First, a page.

In the wonderful theoretical world of the internet, the pork loin used in a bifana is thin and marinated, soused in flavour. In the real world of the polystyrene container in my living room, the pork was thicker, drier and, it seemed to me, ever so slightly overcooked. There was a good pungent waft of garlic underneath the pork, but it felt like it had been added afterwards rather than cooked alongside it. Perhaps if I’d had this in a tasca somewhere in the Bairro Alto, I’d have loved it, but on my sofa it lacked that power to transport.

Zoë liked it more than me – “thank god for bread and pork” were her exact words, but that might be because she had so little time for her main course. She had gone for the frango grelhado, grilled chicken, thinking that it was a classic Portuguese dish and relatively easy to get right. Now, ordinarily in these takeaway reviews Zoë plays a relatively minor role. On this occasion, however, I’ll have to quote her extensively, because she disliked her dinner so much that I ended up resorting to grabbing my phone, opening the Notes app and taking dictation at numerous points throughout the rest of the evening.

“It’s a mirage” she started. “It looks like it’s going to be a delicious baby chicken, like the ones from Bakery House, but actually it’s just a carcass covered in tasty skin.”

The forkful Zoë had let me have taste indeed have a tasty coating and I’d rather liked it. I wasn’t sure it was better than Nando’s, and it definitely wasn’t better than the best roast chicken I’d had in Lisbon, but it wasn’t terrible.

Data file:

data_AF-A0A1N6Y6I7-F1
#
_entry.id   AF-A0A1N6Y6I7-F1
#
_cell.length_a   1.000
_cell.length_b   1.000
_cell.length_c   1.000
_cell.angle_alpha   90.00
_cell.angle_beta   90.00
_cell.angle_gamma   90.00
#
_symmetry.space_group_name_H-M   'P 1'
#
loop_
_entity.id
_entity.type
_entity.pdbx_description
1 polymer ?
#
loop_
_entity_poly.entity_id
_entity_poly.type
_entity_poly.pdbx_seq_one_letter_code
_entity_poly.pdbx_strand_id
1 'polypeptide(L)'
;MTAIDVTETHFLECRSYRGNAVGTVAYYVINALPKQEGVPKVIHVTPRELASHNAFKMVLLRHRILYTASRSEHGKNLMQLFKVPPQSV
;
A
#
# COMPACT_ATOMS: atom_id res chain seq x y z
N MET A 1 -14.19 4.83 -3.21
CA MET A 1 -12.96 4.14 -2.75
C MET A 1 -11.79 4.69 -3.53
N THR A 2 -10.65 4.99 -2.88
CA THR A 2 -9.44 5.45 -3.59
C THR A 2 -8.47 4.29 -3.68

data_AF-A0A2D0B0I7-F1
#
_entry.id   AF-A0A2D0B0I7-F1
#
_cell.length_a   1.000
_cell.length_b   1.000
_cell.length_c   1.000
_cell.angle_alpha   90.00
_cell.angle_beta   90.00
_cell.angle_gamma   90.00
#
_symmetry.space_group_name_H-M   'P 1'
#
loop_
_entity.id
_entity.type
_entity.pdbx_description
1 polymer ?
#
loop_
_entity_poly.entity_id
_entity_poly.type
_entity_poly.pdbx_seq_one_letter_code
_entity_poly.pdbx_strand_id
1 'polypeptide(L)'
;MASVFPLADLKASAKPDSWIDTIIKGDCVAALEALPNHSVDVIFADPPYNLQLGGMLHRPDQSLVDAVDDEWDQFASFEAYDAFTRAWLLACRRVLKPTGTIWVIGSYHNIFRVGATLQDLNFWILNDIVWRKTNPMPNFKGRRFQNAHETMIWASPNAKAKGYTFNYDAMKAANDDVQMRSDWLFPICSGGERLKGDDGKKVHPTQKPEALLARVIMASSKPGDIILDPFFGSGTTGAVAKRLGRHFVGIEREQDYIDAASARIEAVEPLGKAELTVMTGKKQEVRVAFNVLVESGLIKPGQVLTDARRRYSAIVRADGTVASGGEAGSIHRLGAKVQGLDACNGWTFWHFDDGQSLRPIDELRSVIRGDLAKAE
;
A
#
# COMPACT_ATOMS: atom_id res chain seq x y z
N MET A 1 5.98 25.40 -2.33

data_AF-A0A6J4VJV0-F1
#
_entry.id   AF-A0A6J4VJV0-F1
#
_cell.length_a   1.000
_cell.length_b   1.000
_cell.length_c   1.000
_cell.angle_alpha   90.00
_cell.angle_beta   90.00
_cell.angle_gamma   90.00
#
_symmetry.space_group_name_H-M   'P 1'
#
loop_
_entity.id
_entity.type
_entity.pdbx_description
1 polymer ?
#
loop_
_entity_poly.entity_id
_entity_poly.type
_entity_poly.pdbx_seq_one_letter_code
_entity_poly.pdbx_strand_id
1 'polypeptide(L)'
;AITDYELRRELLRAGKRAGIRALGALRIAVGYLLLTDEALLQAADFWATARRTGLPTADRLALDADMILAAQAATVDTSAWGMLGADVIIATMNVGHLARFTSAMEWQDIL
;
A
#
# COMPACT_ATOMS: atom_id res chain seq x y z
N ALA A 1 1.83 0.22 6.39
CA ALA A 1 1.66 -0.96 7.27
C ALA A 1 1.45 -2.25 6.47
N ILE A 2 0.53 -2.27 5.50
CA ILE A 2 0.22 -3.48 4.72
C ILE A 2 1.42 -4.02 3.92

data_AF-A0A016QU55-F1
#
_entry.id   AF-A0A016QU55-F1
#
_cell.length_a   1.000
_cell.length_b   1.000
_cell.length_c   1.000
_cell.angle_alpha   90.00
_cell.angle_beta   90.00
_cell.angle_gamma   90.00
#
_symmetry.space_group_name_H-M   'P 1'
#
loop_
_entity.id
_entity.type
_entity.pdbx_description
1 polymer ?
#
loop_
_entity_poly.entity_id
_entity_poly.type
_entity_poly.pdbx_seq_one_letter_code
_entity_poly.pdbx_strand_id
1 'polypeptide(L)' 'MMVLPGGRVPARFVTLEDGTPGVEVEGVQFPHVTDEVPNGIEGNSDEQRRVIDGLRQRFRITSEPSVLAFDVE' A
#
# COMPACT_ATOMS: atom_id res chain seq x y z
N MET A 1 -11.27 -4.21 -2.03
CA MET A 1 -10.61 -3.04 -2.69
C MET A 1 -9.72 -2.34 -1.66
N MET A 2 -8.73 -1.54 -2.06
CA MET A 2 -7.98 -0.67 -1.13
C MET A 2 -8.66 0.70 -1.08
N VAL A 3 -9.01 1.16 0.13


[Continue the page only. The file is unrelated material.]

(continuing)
“You know that bit of chicken I let you try? That was most of the meat there was on the whole thing. It had more bones than Cemetery Junction. And another thing: it tastes to me like it’s been reheated. It feels like a quarter of chicken you’d get from a chicken shop.”

I supposed it was possible. I knew, for instance, that Nando’s precooked its chicken before finishing it on the grill: perhaps O Português did likewise. As if to prove her point, she lifted the whole scrawny thing up. It dangled uselessly from her fork, as if from a gibbet.

“It’s tough in places. I think it’s been reheated. It’s the chicken I feel sorry for. If it’s going to die, it should at least give somebody some pleasure. And the chips are just cold and hard.”

They’d looked pretty decent and home made on the plate, but apparently not.

“What about the rice?”

“It’s okay, but it’s rice. How wrong can you go with rice?” 

She had a point.

I’d picked my main having scrolled through O Português’ social media and when it turned up, it definitely looked the part. Arroz con pato, or duck with rice, sounded really promising. And again, it was a huge portion – tons of rice with what looked like shredded duck leg tumbled through it, and crispy slices of chourico and what looked like smoked pork on top. I mean, on paper, how good does that sound? And even looking at the picture below – well, it does look the part.